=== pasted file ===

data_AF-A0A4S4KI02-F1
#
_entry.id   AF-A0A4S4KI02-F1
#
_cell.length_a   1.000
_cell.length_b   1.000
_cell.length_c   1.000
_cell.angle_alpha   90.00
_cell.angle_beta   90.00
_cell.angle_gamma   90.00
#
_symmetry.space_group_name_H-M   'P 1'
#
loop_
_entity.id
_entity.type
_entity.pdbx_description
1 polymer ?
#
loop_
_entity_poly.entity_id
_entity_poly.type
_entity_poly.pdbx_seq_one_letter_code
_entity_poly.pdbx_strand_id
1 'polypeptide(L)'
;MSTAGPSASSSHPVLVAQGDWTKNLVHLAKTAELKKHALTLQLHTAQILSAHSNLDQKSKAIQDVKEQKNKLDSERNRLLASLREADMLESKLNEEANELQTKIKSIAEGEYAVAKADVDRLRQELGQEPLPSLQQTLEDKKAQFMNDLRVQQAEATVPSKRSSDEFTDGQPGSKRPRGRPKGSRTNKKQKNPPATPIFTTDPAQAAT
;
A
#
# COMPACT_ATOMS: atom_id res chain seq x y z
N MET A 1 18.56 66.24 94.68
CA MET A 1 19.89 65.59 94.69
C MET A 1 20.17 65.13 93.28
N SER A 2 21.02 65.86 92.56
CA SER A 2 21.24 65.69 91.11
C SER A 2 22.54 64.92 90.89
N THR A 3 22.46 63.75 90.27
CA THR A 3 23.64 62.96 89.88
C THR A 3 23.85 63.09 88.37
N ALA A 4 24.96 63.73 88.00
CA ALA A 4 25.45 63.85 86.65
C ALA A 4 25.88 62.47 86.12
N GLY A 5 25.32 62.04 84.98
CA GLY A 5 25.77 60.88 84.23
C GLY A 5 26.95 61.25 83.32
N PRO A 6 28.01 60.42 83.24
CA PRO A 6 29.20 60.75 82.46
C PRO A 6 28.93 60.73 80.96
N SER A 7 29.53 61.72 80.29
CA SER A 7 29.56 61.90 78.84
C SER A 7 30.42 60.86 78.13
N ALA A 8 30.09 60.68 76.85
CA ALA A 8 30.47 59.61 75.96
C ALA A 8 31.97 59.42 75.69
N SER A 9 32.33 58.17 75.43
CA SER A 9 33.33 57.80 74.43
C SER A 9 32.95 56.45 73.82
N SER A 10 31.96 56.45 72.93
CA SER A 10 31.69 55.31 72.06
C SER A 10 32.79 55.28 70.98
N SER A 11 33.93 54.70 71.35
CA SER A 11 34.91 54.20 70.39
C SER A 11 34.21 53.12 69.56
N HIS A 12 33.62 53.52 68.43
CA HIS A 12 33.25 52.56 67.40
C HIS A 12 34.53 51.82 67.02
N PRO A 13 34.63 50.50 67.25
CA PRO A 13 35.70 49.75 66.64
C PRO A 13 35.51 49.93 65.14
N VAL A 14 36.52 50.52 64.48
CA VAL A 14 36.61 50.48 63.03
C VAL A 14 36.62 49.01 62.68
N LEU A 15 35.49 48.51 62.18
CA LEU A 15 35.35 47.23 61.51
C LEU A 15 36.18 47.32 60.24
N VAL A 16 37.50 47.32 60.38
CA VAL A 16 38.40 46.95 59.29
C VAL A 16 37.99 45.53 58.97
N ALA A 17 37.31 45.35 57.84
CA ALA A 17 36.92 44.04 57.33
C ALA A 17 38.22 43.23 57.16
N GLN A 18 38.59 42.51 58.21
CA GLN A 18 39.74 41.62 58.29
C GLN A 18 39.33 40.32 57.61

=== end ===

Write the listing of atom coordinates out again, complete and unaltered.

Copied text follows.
data_AF-A0A4S4KI02-F1
#
_entry.id   AF-A0A4S4KI02-F1
#
_cell.length_a   1.000
_cell.length_b   1.000
_cell.length_c   1.000
_cell.angle_alpha   90.00
_cell.angle_beta   90.00
_cell.angle_gamma   90.00
#
_symmetry.space_group_name_H-M   'P 1'
#
loop_
_entity.id
_entity.type
_entity.pdbx_description
1 polymer ?
#
loop_
_entity_poly.entity_id
_entity_poly.type
_entity_poly.pdbx_seq_one_letter_code
_entity_poly.pdbx_strand_id
1 'polypeptide(L)'
;MSTAGPSASSSHPVLVAQGDWTKNLVHLAKTAELKKHALTLQLHTAQILSAHSNLDQKSKAIQDVKEQKNKLDSERNRLLASLREADMLESKLNEEANELQTKIKSIAEGEYAVAKADVDRLRQELGQEPLPSLQQTLEDKKAQFMNDLRVQQAEATVPSKRSSDEFTDGQPGSKRPRGRPKGSRTNKKQKNPPATPIFTTDPAQAAT
;
A
#
# COMPACT_ATOMS: atom_id res chain seq x y z
N MET A 1 18.56 66.24 94.68
CA MET A 1 19.89 65.59 94.69
C MET A 1 20.17 65.13 93.28
N SER A 2 21.02 65.86 92.56
CA SER A 2 21.24 65.69 91.11
C SER A 2 22.54 64.92 90.89
N THR A 3 22.46 63.75 90.27
CA THR A 3 23.64 62.96 89.88
C THR A 3 23.85 63.09 88.37
N ALA A 4 24.96 63.73 88.00
CA ALA A 4 25.45 63.85 86.65
C ALA A 4 25.88 62.47 86.12
N GLY A 5 25.32 62.04 84.98
CA GLY A 5 25.77 60.88 84.23
C GLY A 5 26.95 61.25 83.32
N PRO A 6 28.01 60.42 83.24
CA PRO A 6 29.20 60.75 82.46
C PRO A 6 28.93 60.73 80.96
N SER A 7 29.53 61.72 80.29
CA SER A 7 29.56 61.90 78.84
C SER A 7 30.42 60.86 78.13
N ALA A 8 30.09 60.68 76.85
CA ALA A 8 30.47 59.61 75.96
C ALA A 8 31.97 59.42 75.69
N SER A 9 32.33 58.17 75.43
CA SER A 9 33.33 57.80 74.43
C SER A 9 32.95 56.45 73.82
N SER A 10 31.96 56.45 72.93
CA SER A 10 31.69 55.31 72.06
C SER A 10 32.79 55.28 70.98
N SER A 11 33.93 54.70 71.35
CA SER A 11 34.91 54.20 70.39
C SER A 11 34.21 53.12 69.56
N HIS A 12 33.62 53.52 68.43
CA HIS A 12 33.25 52.56 67.40
C HIS A 12 34.53 51.82 67.02
N PRO A 13 34.63 50.50 67.25
CA PRO A 13 35.70 49.75 66.64
C PRO A 13 35.51 49.93 65.14
N VAL A 14 36.52 50.52 64.48
CA VAL A 14 36.61 50.48 63.03
C VAL A 14 36.62 49.01 62.68
N LEU A 15 35.49 48.51 62.18
CA LEU A 15 35.35 47.23 61.51
C LEU A 15 36.18 47.32 60.24
N VAL A 16 37.50 47.32 60.38
CA VAL A 16 38.40 46.95 59.29
C VAL A 16 37.99 45.53 58.97
N ALA A 17 37.31 45.35 57.84
CA ALA A 17 36.92 44.04 57.33
C ALA A 17 38.22 43.23 57.16
N GLN A 18 38.59 42.51 58.21
CA GLN A 18 39.74 41.62 58.29
C GLN A 18 39.33 40.32 57.61